Wednesday, May 5, 2010

Crisper Clean Out: Asparagus and Ramps

About two weeks ago, I hit the Union Square green market. You could tell people had spring fever, because every other person was walking around with a bunch of just-purchased lilacs (with a going rate of $7-8 a bunch, you could make a killing as a lilac farmer down here). But those in the know were walking around bunches of other springtime favorites -- asparagus and ramps. So for $10 bucks, just a little more than a bunch of flowers, I grabbed some of both. And they sat in the fridge for a week and a half. I had intended all along to try pickling the ramps. I made a special trip to Penzey's for their pickling spice mix. I got myself a nifty container. But for one reason or another, I did not get around to it until last night. Since you only pickle the white parts of the ramps, I had whole mess of the green leaves leftover. I decided to use some of them in a pasta dish based on a recipe I found online (which, ironically, was originally was inspired by a recipe from Talula’s Table). I crisped a bit of pre-chopped pancetta, and then added a few sliced Baby Bellas and sliced ramp leaves. In lieu of eggs or cream, I (attempted) to melt a wedge of Laughing Cow garlic and herb cheese into the pan, before adding the asparagus, which I sliced thinly and blanched, and a bit of cooked lemon pepper pappardelle. Since the cheese did not really melt, I added a healthy amount of grated cheese at the end and called it dinner (by then, it was 9 p.m., my kitchen smelled like ramps and vinegar, and Lost was starting). Still, I was happy to clear two more items out of the crisper.
Pickled Ramps
Inspired by a recipe from Serious Eats
Unless you have a incredibly well-stocked spice pantry, consider buying a pickling spice blend, which will save you some money and time.
Ingredients 1 C. White wine vinegar
1 C. Sugar
1 C. Bottled water
2-3 T. Pickling spice mix (a combination of mustard, coriander, and fennel seeds, plus peppercorns and bay leaves)
2 Lb. Ramps (wild leeks)
1 T. Salt
Set a pot of salted water to boil.
Prep the ramps by cutting off most of the leaves and the hairy root ends; clean well by submersing in a bowl of water and letting the grit settle to the bottom (as you would clean regular leeks). Once the water is boiling, blanch ramps for about 30 seconds, then immediately shock them by adding to a bowl of ice water; drain well and insert into a glass jar; sprinkle with salt.
Add the vinegar, sugar and bottled water to the pot; bring up to a boil.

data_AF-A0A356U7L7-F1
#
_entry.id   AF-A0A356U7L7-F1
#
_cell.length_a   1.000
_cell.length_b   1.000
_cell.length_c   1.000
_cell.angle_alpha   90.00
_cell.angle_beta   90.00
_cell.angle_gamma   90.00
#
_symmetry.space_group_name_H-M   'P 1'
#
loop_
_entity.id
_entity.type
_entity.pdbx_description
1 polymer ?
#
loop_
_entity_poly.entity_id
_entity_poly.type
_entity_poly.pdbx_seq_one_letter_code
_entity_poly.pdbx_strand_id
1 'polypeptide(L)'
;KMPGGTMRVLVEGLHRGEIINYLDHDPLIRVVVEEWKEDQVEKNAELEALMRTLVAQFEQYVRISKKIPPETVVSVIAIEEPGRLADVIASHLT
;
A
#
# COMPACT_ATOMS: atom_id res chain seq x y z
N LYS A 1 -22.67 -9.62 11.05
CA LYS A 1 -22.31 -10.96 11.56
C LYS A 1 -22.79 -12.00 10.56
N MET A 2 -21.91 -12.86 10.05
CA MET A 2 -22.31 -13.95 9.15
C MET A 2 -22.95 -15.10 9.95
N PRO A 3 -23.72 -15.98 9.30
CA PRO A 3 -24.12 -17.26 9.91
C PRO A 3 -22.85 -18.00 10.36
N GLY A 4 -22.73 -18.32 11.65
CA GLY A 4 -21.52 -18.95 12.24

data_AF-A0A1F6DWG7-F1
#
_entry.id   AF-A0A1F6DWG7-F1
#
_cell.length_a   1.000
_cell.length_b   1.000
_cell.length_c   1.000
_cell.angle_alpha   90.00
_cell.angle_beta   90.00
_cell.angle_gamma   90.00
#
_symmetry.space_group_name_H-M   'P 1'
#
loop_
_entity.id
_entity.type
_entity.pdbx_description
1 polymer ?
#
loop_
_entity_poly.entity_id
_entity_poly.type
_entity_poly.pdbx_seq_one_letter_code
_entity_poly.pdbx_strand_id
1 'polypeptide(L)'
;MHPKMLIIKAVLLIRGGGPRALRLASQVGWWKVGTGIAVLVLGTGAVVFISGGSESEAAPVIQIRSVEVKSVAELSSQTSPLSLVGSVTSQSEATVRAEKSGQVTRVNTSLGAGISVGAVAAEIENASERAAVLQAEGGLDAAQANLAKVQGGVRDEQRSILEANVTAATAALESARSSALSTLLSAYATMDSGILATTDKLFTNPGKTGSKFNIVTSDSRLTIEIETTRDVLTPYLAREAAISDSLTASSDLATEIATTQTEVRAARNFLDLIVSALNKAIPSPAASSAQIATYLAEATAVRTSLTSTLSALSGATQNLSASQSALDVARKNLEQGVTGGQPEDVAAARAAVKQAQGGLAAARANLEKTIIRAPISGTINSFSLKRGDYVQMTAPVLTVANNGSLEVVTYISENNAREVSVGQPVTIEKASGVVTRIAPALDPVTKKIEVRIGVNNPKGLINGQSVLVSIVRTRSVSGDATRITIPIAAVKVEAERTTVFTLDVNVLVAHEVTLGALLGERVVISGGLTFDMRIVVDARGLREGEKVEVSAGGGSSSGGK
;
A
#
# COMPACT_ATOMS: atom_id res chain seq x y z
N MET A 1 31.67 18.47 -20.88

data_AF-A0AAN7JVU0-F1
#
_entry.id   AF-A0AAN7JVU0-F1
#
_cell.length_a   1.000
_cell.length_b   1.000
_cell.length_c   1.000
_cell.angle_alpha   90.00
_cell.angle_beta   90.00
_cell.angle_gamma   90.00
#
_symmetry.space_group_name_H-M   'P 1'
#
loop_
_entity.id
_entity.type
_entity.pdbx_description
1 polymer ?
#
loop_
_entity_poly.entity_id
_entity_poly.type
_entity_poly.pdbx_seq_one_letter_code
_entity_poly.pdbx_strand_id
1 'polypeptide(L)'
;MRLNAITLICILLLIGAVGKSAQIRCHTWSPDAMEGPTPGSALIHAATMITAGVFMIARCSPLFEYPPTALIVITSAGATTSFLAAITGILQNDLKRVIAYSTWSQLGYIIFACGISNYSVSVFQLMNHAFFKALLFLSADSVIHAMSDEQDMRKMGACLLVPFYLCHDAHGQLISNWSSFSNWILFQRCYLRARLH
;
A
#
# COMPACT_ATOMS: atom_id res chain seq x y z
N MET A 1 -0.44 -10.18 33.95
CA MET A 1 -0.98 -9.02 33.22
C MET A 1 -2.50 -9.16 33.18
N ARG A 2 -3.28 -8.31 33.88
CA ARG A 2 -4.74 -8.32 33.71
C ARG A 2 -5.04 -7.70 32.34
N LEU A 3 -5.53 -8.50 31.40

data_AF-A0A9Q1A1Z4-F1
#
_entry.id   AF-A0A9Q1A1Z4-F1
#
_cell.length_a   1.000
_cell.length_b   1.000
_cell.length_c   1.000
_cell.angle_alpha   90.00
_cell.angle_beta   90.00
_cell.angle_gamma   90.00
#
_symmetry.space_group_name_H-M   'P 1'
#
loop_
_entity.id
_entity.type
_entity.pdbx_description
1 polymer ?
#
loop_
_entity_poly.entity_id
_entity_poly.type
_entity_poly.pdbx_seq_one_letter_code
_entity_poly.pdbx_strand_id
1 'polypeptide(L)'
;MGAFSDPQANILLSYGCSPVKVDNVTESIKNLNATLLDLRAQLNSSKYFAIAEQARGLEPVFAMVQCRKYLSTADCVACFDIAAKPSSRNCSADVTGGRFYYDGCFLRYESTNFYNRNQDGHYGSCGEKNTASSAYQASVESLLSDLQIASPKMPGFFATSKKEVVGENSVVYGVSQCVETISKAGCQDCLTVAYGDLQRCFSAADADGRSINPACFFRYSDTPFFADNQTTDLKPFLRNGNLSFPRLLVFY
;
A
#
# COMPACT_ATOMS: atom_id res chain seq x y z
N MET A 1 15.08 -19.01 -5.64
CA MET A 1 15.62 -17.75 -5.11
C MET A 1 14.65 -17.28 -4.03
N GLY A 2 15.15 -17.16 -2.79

Add the spices to the pot and leave on heat for one minute.
Pour brine mixture over ramps; let cool to room temperature and then seal glass jar and refrigerate.

Tuesday, May 4, 2010

Crisper Cleanout: Apple Muffins

I admit it -- I've been letting produce pile up in the crisper. Oh sure, if it gets soggy and/or brown, I'll toss it, but if it has some life left in it, I let it sit, waiting for the right day, right moment, right recipe. But no more. This week, I am using up all of the odds and ends that have been in the fridge drawer for too long. First up: Fuji apples. Shamefully, I've had about 10 small apples lingering around SINCE THE SECOND WEEKEND OF MARCH. Because that's when I bought them at the Hastings Indoor Market. They were starting to look a little shriveled, so I pulled them out on Sunday and made apple muffins. After all, who doesn't bake when it's 86 degrees out? After much deliberation, I chose Ellie Krieger's recipe, which uses apple sauce and raw apples. Since I had so many apples, I actually made my own sauce (which actually was more of a mash, since Fuji's don't break down easily). Making apple sauce is simple, and it does not take much effort (of course, turning on the oven and the stove on a warm day has it's own challenges). But the nut topping is what makes these a standout. Do not omit! Despite slaving over a hot stove/oven and dirtying all of my mixing bowls plus assorted other implements, the end result was worth it. And getting to enjoy breakfast al fresco on my newly madeover terrace made it that much better.
Double Apple Muffins
Inspired by Ellie Krieger's Apple Muffin Recipe
Ingredients 5-6 C. of apples, chopped ½ C. Milk 1 T. Lemon juice ½ C. water ½ t. Cinnamon 2 T. Brown sugar 1/2 t. Cinnamon ¼ C. Pecans, chopped 2 C. White whole wheat flour 2 T. Corn starch 1 t. Baking soda ½ t. Salt ½ t. Cinnamon ¼ t. Nutmeg ½ C. Brown sugar ¼ C. Vegetable oil 2 Eggs 1 t. Vanilla
Method Preheat oven to 400 degrees. Simmer over medium high heat about two-thirds of the chopped apples with a quarter cup of water and a dash of cinnamon, reserving one-third of the raw apples. In the meantime, pour half a cup of milk into a liquid measuring cup. Add one tablespoon of lemon juice and set aside. Next, mix the next three ingredients (brown sugar, cinnamon and chopped nuts) in a small bowl, set aside. In a medium bowl, combine dry ingredients (flour through nutmeg) and whisk to insure they are well incorporated. In your largest bowl, whisk together the oil and remaining half cup of brown sugar. By now, your apples on the stove should be tender and starting to break down into a sauce (if not breaking down, give it a whirl in the blender). Add apple sauce/mash to large bowl and whisk to cool slightly. Once close to room temperature, add eggs one at a time, and then add vanilla. Add one third of the dry ingredients to the large bowl, mix until just combined. Follow with half of the milk mixture, and then repeat dry-milk-dry until everything is in the bowl. Fold in the remaining raw apples. Scoop the batter into a prepared muffin tin. Top with the sugar-cinnamon-nut mixture. Bake for approximately 20 minutes; allow them to cool before removing from pan.